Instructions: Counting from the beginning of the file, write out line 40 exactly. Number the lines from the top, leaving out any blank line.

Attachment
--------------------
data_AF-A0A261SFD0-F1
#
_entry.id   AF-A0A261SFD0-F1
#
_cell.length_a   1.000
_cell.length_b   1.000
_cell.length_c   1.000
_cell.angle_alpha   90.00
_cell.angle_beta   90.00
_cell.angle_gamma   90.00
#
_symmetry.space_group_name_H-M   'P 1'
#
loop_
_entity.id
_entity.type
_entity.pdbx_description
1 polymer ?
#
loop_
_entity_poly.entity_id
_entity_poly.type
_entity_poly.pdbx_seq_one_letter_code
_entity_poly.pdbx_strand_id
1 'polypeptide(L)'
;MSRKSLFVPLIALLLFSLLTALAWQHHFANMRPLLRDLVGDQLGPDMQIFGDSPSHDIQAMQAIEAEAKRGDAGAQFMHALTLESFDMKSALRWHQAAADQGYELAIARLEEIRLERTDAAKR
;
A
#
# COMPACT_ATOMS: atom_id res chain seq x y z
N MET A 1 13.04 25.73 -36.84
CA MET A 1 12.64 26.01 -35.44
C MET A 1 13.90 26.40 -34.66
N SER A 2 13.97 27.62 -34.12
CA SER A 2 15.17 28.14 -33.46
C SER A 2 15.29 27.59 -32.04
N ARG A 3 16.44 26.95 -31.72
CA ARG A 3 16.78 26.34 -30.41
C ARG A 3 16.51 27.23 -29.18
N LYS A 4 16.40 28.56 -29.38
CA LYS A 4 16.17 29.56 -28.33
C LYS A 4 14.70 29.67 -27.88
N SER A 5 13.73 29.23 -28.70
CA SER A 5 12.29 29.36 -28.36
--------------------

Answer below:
N LYS A 4 16.40 28.56 -29.38